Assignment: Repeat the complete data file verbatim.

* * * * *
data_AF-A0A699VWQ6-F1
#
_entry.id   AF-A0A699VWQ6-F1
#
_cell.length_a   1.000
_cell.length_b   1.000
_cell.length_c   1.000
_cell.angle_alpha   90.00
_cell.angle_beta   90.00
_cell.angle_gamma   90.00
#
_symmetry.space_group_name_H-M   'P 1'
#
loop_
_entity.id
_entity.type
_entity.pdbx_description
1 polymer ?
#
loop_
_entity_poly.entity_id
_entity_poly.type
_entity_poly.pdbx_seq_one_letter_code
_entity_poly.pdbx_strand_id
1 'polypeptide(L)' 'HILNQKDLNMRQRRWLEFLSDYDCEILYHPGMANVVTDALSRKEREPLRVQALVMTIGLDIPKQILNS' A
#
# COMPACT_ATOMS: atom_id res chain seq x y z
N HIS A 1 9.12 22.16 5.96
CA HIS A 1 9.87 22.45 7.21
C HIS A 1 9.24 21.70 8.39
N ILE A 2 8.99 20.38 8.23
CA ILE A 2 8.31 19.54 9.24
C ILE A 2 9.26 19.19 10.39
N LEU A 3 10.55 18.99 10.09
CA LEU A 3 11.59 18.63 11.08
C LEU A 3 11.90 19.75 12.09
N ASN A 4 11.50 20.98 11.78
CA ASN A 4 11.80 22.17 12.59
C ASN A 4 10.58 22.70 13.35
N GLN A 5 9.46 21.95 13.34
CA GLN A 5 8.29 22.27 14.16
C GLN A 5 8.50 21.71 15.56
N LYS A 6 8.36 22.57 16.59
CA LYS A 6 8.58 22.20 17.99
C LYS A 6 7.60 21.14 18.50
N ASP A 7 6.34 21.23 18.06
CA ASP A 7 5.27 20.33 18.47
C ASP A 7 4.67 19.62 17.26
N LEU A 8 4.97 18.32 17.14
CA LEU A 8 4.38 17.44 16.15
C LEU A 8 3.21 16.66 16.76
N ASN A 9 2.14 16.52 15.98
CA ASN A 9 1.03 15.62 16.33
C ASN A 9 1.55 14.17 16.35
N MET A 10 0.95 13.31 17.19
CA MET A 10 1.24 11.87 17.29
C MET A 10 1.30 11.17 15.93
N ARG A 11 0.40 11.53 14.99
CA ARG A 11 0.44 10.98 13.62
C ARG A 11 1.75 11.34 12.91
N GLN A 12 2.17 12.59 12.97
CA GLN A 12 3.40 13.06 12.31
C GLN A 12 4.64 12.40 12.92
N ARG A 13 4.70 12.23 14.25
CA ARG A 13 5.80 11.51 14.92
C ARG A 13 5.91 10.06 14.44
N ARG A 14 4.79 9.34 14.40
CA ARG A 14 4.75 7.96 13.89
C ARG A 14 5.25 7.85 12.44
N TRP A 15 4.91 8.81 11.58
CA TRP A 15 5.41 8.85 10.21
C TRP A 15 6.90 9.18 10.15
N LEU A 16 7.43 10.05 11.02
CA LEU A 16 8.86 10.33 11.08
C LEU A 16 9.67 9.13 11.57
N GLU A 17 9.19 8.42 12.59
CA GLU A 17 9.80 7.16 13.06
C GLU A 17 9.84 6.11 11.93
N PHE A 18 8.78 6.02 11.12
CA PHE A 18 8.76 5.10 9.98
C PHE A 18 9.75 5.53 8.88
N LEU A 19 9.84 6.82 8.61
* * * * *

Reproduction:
data_AF-A0A699VWQ6-F1
#
_entry.id   AF-A0A699VWQ6-F1
#
_cell.length_a   1.000
_cell.length_b   1.000
_cell.length_c   1.000
_cell.angle_alpha   90.00
_cell.angle_beta   90.00
_cell.angle_gamma   90.00
#
_symmetry.space_group_name_H-M   'P 1'
#
loop_
_entity.id
_entity.type
_entity.pdbx_description
1 polymer ?
#
loop_
_entity_poly.entity_id
_entity_poly.type
_entity_poly.pdbx_seq_one_letter_code
_entity_poly.pdbx_strand_id
1 'polypeptide(L)' 'HILNQKDLNMRQRRWLEFLSDYDCEILYHPGMANVVTDALSRKEREPLRVQALVMTIGLDIPKQILNS' A
#
# COMPACT_ATOMS: atom_id res chain seq x y z
N HIS A 1 9.12 22.16 5.96
CA HIS A 1 9.87 22.45 7.21
C HIS A 1 9.24 21.70 8.39
N ILE A 2 8.99 20.38 8.23
CA ILE A 2 8.31 19.54 9.24
C ILE A 2 9.26 19.19 10.39
N LEU A 3 10.55 18.99 10.09
CA LEU A 3 11.59 18.63 11.08
C LEU A 3 11.90 19.75 12.09
N ASN A 4 11.50 20.98 11.78
CA ASN A 4 11.80 22.17 12.59
C ASN A 4 10.58 22.70 13.35
N GLN A 5 9.46 21.95 13.34
CA GLN A 5 8.29 22.27 14.16
C GLN A 5 8.50 21.71 15.56
N LYS A 6 8.36 22.57 16.59
CA LYS A 6 8.58 22.20 17.99
C LYS A 6 7.60 21.14 18.50
N ASP A 7 6.34 21.23 18.06
CA ASP A 7 5.27 20.33 18.47
C ASP A 7 4.67 19.62 17.26
N LEU A 8 4.97 18.32 17.14
CA LEU A 8 4.38 17.44 16.15
C LEU A 8 3.21 16.66 16.76
N ASN A 9 2.14 16.52 15.98
CA ASN A 9 1.03 15.62 16.33
C ASN A 9 1.55 14.17 16.35
N MET A 10 0.95 13.31 17.19
CA MET A 10 1.24 11.87 17.29
C MET A 10 1.30 11.17 15.93
N ARG A 11 0.40 11.53 14.99
CA ARG A 11 0.44 10.98 13.62
C ARG A 11 1.75 11.34 12.91
N GLN A 12 2.17 12.59 12.97
CA GLN A 12 3.40 13.06 12.31
C GLN A 12 4.64 12.40 12.92
N ARG A 13 4.70 12.23 14.25
CA ARG A 13 5.80 11.51 14.92
C ARG A 13 5.91 10.06 14.44
N ARG A 14 4.79 9.34 14.40
CA ARG A 14 4.75 7.96 13.89
C ARG A 14 5.25 7.85 12.44
N TRP A 15 4.91 8.81 11.58
CA TRP A 15 5.41 8.85 10.21
C TRP A 15 6.90 9.18 10.15
N LEU A 16 7.43 10.05 11.02
CA LEU A 16 8.86 10.33 11.08
C LEU A 16 9.67 9.13 11.57
N GLU A 17 9.19 8.42 12.59
CA GLU A 17 9.80 7.16 13.06
C GLU A 17 9.84 6.11 11.93
N PHE A 18 8.78 6.02 11.12
CA PHE A 18 8.76 5.10 9.98
C PHE A 18 9.75 5.53 8.88
N LEU A 19 9.84 6.82 8.61